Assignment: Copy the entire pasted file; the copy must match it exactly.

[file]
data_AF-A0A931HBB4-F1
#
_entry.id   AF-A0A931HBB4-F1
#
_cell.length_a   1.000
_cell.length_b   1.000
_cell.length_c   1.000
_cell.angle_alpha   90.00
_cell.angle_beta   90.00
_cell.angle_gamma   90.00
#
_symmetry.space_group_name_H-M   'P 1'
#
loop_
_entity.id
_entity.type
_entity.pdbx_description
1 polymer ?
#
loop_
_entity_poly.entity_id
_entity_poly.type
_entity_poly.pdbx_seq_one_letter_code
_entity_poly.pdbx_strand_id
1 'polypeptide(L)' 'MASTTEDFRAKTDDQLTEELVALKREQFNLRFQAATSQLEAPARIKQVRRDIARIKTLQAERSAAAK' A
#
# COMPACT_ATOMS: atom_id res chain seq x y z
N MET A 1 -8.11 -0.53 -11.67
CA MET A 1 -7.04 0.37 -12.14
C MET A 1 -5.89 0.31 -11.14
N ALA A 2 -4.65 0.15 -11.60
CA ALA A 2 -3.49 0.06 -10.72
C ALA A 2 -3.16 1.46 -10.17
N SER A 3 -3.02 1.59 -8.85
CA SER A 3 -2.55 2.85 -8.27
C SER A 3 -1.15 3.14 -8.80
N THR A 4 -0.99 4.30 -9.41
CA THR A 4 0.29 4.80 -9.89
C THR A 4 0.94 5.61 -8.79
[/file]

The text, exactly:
data_AF-A0A931HBB4-F1
#
_entry.id   AF-A0A931HBB4-F1
#
_cell.length_a   1.000
_cell.length_b   1.000
_cell.length_c   1.000
_cell.angle_alpha   90.00
_cell.angle_beta   90.00
_cell.angle_gamma   90.00
#
_symmetry.space_group_name_H-M   'P 1'
#
loop_
_entity.id
_entity.type
_entity.pdbx_description
1 polymer ?
#
loop_
_entity_poly.entity_id
_entity_poly.type
_entity_poly.pdbx_seq_one_letter_code
_entity_poly.pdbx_strand_id
1 'polypeptide(L)' 'MASTTEDFRAKTDDQLTEELVALKREQFNLRFQAATSQLEAPARIKQVRRDIARIKTLQAERSAAAK' A
#
# COMPACT_ATOMS: atom_id res chain seq x y z
N MET A 1 -8.11 -0.53 -11.67
CA MET A 1 -7.04 0.37 -12.14
C MET A 1 -5.89 0.31 -11.14
N ALA A 2 -4.65 0.15 -11.60
CA ALA A 2 -3.49 0.06 -10.72
C ALA A 2 -3.16 1.46 -10.17
N SER A 3 -3.02 1.59 -8.85
CA SER A 3 -2.55 2.85 -8.27
C SER A 3 -1.15 3.14 -8.80
N THR A 4 -0.99 4.30 -9.41
CA THR A 4 0.29 4.80 -9.89
C THR A 4 0.94 5.61 -8.79